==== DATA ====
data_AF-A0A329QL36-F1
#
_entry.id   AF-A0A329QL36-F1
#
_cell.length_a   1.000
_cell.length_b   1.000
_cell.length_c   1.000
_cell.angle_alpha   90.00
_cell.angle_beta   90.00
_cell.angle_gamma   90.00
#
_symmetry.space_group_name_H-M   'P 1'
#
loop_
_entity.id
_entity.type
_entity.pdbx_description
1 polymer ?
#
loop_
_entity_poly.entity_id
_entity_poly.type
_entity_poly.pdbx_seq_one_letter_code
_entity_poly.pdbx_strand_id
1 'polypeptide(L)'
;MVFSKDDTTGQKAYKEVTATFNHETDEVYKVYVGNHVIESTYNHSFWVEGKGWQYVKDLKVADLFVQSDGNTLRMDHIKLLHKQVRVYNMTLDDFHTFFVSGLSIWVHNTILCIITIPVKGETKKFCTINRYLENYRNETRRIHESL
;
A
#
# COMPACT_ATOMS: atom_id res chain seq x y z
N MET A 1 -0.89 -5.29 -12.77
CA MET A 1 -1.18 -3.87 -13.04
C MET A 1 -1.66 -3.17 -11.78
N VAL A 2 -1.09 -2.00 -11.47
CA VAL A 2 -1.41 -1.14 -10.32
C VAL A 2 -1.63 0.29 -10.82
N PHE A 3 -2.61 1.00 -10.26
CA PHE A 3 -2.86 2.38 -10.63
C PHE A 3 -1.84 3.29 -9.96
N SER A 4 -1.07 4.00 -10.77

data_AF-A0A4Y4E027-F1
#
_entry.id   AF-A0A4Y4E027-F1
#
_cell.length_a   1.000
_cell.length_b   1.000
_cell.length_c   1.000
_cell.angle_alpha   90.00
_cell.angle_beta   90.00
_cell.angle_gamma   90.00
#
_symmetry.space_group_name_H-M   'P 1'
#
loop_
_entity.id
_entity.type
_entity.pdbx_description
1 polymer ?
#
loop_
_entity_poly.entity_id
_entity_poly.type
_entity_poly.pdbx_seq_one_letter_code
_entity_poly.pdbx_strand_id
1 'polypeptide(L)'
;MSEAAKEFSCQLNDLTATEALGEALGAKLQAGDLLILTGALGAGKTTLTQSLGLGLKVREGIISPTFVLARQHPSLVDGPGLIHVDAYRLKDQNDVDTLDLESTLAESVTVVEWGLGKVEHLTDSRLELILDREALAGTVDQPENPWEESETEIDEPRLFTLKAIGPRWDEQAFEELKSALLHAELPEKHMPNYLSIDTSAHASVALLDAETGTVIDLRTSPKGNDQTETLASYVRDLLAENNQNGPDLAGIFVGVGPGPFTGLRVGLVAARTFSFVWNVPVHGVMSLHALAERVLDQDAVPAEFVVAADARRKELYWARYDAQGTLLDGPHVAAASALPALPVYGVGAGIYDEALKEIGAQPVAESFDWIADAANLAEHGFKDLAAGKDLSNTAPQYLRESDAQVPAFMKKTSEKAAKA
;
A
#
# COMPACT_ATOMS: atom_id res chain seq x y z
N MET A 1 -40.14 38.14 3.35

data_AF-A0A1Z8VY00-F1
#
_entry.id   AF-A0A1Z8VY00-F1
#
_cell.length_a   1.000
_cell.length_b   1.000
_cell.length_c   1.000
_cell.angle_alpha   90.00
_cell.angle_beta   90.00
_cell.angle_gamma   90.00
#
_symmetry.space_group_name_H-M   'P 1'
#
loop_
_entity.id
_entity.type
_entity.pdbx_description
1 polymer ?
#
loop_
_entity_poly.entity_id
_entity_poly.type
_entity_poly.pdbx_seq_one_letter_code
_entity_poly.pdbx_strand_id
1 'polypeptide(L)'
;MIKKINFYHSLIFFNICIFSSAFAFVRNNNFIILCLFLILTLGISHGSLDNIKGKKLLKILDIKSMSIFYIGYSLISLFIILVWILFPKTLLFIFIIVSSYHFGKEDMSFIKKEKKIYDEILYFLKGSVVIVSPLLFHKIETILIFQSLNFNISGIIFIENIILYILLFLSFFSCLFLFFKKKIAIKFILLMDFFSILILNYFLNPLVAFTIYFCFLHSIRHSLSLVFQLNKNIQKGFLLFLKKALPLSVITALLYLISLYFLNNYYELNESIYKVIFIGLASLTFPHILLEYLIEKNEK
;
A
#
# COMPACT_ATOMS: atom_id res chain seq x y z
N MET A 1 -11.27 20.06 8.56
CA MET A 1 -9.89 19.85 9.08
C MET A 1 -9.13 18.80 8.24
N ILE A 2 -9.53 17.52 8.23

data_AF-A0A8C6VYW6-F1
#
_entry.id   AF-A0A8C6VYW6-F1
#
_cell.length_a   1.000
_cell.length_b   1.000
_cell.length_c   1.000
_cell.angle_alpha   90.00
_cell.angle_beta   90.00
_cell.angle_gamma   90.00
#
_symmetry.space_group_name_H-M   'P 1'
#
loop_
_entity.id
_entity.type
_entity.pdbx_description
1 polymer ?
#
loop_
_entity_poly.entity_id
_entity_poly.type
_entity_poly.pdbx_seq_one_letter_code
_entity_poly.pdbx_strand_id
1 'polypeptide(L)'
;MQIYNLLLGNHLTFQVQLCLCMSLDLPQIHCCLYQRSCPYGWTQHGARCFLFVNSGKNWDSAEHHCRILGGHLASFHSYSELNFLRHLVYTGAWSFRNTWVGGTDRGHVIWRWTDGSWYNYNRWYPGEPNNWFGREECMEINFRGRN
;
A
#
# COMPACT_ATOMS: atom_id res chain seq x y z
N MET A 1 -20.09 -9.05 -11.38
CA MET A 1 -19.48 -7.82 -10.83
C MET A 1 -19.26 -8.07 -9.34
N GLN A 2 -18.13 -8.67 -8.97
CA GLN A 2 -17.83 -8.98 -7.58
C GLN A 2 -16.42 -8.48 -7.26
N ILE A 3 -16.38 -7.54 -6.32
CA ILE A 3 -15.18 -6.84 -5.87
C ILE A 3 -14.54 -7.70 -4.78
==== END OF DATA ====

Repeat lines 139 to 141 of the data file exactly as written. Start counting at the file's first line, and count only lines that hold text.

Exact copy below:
N GLN A 2 -18.13 -8.67 -8.97
CA GLN A 2 -17.83 -8.98 -7.58
C GLN A 2 -16.42 -8.48 -7.26